I compare C to assembly completely apart from its rather coincidental technical approximations to assembly. I meant it on a much higher level. On a level where I hope in 10 years to be saying “Ruby Is The New Assembly.” It’s a coincidence that C is a relatively good alternative to assembler for producing highly optimized code. It’s still the case that C programmers “drop into assembler” when necessary to squeeze extra performance out of a particular platform.

Python is “close enough to C” that I suspect somebody in 5 or 10 years could say “Python Is The New C” and have a bunch of critics chime in “it’s been the new C for 15 years!” Well, not in my universe it hasn’t.

Actually, I think C developers dropped into assembly to squeeze out extra performance (or do stuff that wasn’t possible in C) more often in the past than they do now. The reasons are two fold:

First, fewer developers can effectively develop in assembly anymore. Not because programmers are dumber these days, but because writing assembly on modern CPUs is One Hell Of A Lot Harder than it was back in the 6502 or 68000 days. As well, modern codebases tend to be more portable even when only targeted to one manufaturer’s CPU — programming for a G3 vs. a G4 vs. a G5 could require very different low level code, if you were trying to eek out every last bit of performance.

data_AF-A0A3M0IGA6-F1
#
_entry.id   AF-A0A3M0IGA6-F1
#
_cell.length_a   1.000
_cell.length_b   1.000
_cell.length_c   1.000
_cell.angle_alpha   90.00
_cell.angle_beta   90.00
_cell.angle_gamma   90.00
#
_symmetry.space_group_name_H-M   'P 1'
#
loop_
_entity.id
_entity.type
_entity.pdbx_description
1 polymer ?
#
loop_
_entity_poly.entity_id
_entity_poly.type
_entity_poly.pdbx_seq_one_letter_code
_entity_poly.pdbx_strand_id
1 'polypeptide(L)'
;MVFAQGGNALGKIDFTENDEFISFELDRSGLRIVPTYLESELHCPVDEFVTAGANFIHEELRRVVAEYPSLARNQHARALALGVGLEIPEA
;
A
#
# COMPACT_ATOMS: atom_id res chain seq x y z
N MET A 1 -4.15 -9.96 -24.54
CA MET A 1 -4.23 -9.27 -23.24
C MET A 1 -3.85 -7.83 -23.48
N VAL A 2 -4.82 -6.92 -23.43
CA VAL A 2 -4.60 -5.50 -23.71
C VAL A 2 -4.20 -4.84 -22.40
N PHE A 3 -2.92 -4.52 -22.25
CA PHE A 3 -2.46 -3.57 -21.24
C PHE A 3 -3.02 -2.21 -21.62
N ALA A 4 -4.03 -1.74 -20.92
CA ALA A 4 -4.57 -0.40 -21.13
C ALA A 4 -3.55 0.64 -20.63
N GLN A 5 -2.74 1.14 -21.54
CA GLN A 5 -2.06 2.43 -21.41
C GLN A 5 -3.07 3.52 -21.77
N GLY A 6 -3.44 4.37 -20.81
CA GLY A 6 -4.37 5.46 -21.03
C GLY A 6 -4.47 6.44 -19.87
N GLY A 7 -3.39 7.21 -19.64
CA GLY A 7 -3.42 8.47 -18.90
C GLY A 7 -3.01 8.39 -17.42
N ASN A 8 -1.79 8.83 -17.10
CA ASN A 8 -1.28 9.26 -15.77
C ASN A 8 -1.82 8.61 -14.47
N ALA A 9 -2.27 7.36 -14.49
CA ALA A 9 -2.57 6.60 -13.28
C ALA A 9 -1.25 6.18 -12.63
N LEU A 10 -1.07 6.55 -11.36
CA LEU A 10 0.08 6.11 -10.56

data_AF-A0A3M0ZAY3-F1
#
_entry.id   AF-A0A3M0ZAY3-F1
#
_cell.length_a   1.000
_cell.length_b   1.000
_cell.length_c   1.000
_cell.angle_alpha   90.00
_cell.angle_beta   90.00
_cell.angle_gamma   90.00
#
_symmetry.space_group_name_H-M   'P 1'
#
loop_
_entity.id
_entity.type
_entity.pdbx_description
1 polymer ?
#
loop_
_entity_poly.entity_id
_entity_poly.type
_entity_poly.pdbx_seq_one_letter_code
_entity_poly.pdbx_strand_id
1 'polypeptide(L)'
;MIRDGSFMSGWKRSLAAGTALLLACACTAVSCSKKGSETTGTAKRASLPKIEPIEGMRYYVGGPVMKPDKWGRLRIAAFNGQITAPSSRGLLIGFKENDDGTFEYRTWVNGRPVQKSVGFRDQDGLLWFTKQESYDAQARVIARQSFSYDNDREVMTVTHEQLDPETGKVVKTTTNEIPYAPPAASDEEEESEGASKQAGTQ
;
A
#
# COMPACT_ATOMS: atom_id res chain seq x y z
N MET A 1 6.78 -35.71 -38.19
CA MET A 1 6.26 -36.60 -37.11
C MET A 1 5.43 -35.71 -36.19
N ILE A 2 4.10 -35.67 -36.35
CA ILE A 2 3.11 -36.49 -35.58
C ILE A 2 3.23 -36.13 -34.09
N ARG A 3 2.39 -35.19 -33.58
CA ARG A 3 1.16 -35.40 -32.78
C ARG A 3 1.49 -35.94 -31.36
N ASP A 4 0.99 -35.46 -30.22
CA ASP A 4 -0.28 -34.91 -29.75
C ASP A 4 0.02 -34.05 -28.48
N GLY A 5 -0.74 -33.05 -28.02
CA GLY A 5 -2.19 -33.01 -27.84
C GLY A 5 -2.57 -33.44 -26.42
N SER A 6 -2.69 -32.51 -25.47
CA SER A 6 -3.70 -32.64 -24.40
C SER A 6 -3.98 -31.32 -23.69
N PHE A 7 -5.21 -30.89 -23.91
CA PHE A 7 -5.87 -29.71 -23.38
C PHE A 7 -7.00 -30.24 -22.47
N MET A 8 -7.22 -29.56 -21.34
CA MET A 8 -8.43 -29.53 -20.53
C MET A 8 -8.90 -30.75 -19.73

Secondly, optimizing compilers have improved by leaps and bounds over the years. In particular, the optimizing part of the compilers are truly amazing chunks of linear algebra that do all kinds of subexpression optimization, execution reordering, and all kinds of relatively non-obvious tricks to make the code go really fast on modern processors.

Rare is the programmer that can effectively write assembly code on a modern CPU. Rarer still is the programmer that can write assembly code that performs better than that generated by a good compiler.

I agree with Daniel. I sincerely hope that we get to the point where “drop into primitive python” is an answer to various problems we are having in our highly abstracted programming environments of the future.

To get there, I think we will first have to get past treating software development like a specialized word processing exercise.

Daniel pointed to a post by Jesper called Take it to the Bridge that discusses a podcast with Gruber where he discusses the bridging technologies in Leopard.